In 1997 Blessed John Paul II designated this feast day on which we remember how Mary and Joseph presented Jesus in the temple and consecrated him to the Father as the World Day of Consecrated Life. Many religious priests, sisters, and brothers work in mission areas as health workers. As we pray this month for health workers, let us remember them in a special way as we reflect on part of Pope John Paul’s message instituting this day.
The World Day for Consecrated Life will be celebrated on the feast which commemorates the presentation which Mary and Joseph made of Jesus in the temple "to present him to the Lord" (Lk 2:22). This Gospel scene reveals the mystery of Jesus, the One consecrated by the Father, come into the world to carry out his will faithfully (cf. Heb 10:5-7). Simeon points to Jesus as "a light for revelation to the Gentiles" (Lk 2:32) and by a prophetic word foretells the supreme offering of Jesus to the Father and his final victory (Lk 2:32-35).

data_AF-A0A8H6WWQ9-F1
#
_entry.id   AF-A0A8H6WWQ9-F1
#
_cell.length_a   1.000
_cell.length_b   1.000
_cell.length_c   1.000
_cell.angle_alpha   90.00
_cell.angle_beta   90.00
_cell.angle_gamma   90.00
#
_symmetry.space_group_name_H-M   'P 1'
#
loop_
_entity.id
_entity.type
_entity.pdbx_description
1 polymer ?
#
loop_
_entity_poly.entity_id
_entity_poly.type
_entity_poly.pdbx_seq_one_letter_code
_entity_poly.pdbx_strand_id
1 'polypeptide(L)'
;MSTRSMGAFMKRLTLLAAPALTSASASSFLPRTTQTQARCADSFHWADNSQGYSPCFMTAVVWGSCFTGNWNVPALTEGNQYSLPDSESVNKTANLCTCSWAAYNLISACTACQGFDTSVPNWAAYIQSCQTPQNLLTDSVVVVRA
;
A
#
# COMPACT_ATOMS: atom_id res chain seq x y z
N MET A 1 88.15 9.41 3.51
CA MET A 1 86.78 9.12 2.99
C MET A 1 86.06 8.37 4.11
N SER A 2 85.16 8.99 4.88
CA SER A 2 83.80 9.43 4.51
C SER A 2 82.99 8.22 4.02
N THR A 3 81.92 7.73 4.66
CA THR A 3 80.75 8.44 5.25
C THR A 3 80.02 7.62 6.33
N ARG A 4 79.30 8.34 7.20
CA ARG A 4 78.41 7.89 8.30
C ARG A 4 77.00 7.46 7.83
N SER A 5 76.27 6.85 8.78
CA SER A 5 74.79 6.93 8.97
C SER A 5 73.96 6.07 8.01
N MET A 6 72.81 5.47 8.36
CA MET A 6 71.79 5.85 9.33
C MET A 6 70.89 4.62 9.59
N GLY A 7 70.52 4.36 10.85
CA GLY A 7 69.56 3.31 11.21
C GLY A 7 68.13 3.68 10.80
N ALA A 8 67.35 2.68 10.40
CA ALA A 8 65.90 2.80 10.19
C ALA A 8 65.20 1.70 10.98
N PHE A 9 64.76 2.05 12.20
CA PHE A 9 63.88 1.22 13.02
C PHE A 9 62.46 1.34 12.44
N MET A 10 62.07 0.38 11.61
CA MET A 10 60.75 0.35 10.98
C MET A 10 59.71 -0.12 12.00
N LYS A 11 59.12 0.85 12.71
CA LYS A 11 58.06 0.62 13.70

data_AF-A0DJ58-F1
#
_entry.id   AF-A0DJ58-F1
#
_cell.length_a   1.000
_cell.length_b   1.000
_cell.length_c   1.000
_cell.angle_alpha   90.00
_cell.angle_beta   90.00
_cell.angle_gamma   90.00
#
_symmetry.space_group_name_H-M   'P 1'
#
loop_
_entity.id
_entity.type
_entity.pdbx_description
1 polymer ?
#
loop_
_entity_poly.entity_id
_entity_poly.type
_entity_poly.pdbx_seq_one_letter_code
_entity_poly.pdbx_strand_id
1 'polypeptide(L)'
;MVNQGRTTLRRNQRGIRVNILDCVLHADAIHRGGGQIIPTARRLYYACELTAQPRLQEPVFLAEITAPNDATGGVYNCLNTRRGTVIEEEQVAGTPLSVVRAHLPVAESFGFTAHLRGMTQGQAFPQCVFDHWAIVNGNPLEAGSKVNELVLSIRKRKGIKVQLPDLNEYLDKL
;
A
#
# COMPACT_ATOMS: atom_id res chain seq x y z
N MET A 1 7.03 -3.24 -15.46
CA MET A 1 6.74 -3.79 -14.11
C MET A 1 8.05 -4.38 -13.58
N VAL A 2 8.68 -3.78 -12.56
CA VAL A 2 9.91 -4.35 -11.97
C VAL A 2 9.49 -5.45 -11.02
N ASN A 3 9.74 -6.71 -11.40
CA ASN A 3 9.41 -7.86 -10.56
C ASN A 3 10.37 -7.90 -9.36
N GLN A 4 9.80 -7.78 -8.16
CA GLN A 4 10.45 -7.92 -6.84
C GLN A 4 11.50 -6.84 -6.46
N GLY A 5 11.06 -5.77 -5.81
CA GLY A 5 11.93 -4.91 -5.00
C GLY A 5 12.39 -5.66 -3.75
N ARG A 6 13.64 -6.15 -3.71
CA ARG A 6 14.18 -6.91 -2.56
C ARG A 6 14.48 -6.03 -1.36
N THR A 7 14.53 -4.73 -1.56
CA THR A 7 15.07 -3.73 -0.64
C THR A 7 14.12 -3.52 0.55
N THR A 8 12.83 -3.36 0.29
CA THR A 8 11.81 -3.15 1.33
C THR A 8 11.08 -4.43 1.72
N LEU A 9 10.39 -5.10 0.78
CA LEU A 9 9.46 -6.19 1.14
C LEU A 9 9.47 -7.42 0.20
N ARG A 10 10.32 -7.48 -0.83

In this way the Presentation of Jesus in the Temple is an eloquent icon of the total offering of one's life for all those who are called to show forth in the Church and in the world, by means of the evangelical counsels "the characteristic features of Jesus -- the chaste, poor and obedient one" (Vita Consecrata #1). …
Dear brothers and sisters, as I entrust to the maternal protection of Mary the institution of this World Day, I deeply hope that it bear abundant fruits for the holiness and the mission of the Church. May it help, in a special way, to heighten in the Christian community an esteem for vocations of special consecration, to stimulate ever more intense prayer for obtaining them from the Lord, in this way helping to mature in young people and families a generous willingness to receive them as gift. The life of the Church as a whole will draw benefit from this and so will the new evangelization. I trust that this World Day of prayer and reflection will help the particular Churches to treasure ever more the gift of consecrated life and to be measured by its message, to find the proper and fruitful balance between action and contemplation, between prayer and charity, and between commitment in the present time and eschatological hope.